Naivecoin Addendum

2 minute read

Currently I am building a cryptocurrency in C++. The project can be found here. This is not a project where I’ve forked another code base, instead the purpose of this project is to write a brand new protocol from scratch.

Much of what I’m learning comes from this Javascript tutorial. However, like any tutorial, the author assumes a foundation of knowledge that may not exist, or leaves out important details. This is not a knock on the author, for the tutorial is well written, is excellent source material, and has helped me immensely. This post is just an attempt to fill in some of the gaps.

This post will be updated periodically to cover all items in the tutorial that I believe deserve futher explanation.

Chapter 3 - Transactions

Transaction Inputs

Here the reader is introduced to TxIn which is given the following structure:

class TxIn 
{
    public txOutId: string;
    public txOutIndex: number;
    public signature: string;
}

The signature field is explained but the txOutId and txOutIndex fields never are! Here is what I could find out from both of them.

The txIn is the part of the transaction that says “the money being sent in this transaction comes from this txtOut”. That txOut is located by two components:

txOutIndex

This is the block index that contains the transaction in which the originating TxOut exists.

txOutId

This is the transaction id in which the originating TxOut exists.

Example

Consider the following JSON:

{
  "index": 57,
  /* lots of other Block fields */
  "transactions": [
    {
      "id'": "transaction0",
      "inputs": [
        {
          "txOutId": "",
          "txOutIndex": 0,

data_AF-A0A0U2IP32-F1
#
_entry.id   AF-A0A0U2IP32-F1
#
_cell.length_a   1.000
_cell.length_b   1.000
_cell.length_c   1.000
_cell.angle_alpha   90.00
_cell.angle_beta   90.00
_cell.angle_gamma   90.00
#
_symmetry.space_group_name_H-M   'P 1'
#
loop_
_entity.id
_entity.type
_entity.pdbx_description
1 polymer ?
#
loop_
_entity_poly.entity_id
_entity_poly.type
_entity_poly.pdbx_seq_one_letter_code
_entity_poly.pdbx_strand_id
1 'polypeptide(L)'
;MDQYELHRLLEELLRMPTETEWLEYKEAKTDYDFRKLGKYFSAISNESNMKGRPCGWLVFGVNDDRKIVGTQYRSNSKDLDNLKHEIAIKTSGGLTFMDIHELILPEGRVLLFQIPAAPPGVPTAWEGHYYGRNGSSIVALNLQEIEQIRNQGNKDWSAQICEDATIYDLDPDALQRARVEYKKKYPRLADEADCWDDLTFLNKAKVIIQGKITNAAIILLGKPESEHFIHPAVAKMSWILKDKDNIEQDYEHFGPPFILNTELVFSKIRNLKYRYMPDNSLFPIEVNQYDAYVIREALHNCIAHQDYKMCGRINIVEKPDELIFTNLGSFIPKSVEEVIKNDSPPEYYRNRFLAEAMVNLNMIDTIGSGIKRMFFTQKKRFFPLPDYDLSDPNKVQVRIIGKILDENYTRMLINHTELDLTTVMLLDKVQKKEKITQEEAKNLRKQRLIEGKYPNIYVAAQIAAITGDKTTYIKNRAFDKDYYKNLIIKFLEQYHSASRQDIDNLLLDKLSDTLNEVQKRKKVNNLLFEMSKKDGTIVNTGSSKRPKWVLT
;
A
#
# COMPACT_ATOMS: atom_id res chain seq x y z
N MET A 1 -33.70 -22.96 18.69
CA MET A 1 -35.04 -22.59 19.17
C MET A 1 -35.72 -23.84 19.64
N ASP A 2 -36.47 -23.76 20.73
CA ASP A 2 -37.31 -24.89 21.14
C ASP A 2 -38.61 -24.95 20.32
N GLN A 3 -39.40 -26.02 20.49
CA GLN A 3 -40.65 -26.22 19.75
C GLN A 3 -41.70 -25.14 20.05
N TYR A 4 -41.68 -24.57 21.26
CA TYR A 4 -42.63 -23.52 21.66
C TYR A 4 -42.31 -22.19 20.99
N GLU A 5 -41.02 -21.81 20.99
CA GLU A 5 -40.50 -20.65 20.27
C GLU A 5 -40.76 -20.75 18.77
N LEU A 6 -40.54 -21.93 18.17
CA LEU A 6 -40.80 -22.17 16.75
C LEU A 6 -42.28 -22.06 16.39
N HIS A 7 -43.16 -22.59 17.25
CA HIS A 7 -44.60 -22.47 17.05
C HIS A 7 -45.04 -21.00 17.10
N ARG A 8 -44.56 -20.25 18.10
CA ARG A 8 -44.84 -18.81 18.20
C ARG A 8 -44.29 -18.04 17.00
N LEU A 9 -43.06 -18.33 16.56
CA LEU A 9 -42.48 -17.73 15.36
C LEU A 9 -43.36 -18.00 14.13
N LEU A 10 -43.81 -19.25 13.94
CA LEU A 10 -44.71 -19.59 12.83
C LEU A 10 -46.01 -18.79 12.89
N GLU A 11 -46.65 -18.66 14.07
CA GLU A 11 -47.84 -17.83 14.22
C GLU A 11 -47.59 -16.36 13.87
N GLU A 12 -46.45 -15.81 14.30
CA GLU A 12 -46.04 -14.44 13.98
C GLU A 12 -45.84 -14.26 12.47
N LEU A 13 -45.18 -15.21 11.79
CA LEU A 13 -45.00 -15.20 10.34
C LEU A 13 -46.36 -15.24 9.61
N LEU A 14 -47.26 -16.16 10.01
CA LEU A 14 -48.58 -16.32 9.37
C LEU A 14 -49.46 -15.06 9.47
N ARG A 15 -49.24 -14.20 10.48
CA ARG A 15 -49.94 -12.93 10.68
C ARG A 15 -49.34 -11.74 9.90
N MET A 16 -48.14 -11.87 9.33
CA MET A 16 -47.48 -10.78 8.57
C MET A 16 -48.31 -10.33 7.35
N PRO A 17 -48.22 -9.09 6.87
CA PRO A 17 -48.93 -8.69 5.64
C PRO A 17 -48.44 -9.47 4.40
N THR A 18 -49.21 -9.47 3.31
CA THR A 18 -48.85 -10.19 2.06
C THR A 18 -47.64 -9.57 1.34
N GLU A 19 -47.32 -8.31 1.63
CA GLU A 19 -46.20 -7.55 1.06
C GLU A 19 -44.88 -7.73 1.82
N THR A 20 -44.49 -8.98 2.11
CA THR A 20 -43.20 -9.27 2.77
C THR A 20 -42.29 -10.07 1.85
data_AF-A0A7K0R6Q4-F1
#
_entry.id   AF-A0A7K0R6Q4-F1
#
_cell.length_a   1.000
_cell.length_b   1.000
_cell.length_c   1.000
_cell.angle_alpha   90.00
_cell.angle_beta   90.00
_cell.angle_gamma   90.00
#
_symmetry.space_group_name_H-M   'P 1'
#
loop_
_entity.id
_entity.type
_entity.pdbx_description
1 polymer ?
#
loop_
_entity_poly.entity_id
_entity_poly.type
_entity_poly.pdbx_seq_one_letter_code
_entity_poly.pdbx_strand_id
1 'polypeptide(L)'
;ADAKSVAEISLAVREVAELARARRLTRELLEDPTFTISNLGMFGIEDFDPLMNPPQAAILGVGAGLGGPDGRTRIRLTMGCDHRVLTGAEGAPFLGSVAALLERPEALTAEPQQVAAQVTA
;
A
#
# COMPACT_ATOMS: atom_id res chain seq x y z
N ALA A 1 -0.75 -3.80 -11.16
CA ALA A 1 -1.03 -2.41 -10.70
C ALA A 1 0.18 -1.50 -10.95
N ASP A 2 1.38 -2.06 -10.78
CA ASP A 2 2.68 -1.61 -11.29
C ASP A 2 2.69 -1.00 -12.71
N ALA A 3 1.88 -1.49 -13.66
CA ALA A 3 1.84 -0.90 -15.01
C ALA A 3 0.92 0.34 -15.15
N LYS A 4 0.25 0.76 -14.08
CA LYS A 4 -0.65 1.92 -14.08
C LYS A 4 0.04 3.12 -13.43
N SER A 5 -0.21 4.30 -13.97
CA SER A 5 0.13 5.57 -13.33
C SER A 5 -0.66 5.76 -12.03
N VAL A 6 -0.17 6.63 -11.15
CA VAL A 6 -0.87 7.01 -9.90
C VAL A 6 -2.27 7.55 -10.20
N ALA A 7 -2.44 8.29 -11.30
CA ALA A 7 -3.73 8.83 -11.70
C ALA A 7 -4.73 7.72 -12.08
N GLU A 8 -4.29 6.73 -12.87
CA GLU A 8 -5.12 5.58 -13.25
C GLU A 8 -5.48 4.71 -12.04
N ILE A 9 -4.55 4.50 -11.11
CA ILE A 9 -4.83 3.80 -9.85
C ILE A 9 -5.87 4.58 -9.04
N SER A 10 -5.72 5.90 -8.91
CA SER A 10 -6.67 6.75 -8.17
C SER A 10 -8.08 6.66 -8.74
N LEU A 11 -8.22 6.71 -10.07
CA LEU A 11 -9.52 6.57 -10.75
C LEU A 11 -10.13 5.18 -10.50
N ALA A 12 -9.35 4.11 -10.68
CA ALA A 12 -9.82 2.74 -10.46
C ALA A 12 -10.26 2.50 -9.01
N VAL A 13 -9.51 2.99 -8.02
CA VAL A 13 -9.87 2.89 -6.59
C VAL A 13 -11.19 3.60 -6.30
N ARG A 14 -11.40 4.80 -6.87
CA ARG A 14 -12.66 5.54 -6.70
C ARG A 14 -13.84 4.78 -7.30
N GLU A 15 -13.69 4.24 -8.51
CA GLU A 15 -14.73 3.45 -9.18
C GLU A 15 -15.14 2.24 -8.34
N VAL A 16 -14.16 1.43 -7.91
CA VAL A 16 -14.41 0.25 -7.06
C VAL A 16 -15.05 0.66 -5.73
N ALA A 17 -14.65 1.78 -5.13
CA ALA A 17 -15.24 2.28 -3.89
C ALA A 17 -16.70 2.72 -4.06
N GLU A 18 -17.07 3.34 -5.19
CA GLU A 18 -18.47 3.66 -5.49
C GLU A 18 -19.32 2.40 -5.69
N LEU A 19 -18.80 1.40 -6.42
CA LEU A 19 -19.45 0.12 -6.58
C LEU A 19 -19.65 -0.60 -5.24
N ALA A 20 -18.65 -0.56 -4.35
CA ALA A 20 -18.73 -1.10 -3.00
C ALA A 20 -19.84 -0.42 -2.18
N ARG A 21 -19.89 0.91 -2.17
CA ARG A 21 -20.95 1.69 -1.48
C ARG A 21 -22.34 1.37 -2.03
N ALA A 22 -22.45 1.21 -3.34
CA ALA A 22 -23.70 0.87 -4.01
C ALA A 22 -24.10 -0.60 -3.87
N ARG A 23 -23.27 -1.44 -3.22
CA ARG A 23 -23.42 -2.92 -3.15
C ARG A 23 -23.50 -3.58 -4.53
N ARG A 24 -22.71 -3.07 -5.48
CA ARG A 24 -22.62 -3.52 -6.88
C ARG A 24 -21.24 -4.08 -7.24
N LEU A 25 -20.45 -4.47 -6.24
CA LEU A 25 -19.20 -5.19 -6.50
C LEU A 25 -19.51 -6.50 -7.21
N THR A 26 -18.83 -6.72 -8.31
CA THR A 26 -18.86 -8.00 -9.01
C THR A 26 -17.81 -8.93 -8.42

"signature": ""
        }
      ],
      "outputs": [
        {
          "address": "Stefan",
          "amount": 10
        }
      ]
    },
    {
      "id'": "transaction1",
      "inputs": [
        {
          "txOutId": "transaction0",
          "txOutIndex": 57,
          "signature": ""
        }
      ],
      "outputs": [
        {
          "address": "Henry",
          "amount": 4
        },
        {
          "address": "Addy",
          "amount": 3
        },
        {
          "address": "Stefan",
          "amount": 1
        }
      ]
    }
  ]
}

Here we have Block #57 in our chain, which contains two transactions transaction0 and transaction1. In practice the fields id, address and signature would have hashes, for purposes of this explanation they have been simplified.

You may notice that transaction0 has no txIn information, which would only happen with a coinbase transaction (i.e. the reward that happens when a miner has solved a block). In this example the receiving address is Stefan who has balance of 10.

In transaction1 we see that Stefan has sent 4 crypto to Henry and 3 to Addy, with the remainder being send back to Stefan.

Also, notice how the txOutIndex value is 57 meaning that the source of this txIn is located in Block #57. Likewise, the value of txOut tells you exactly which transaction in the block from which this txIn comes.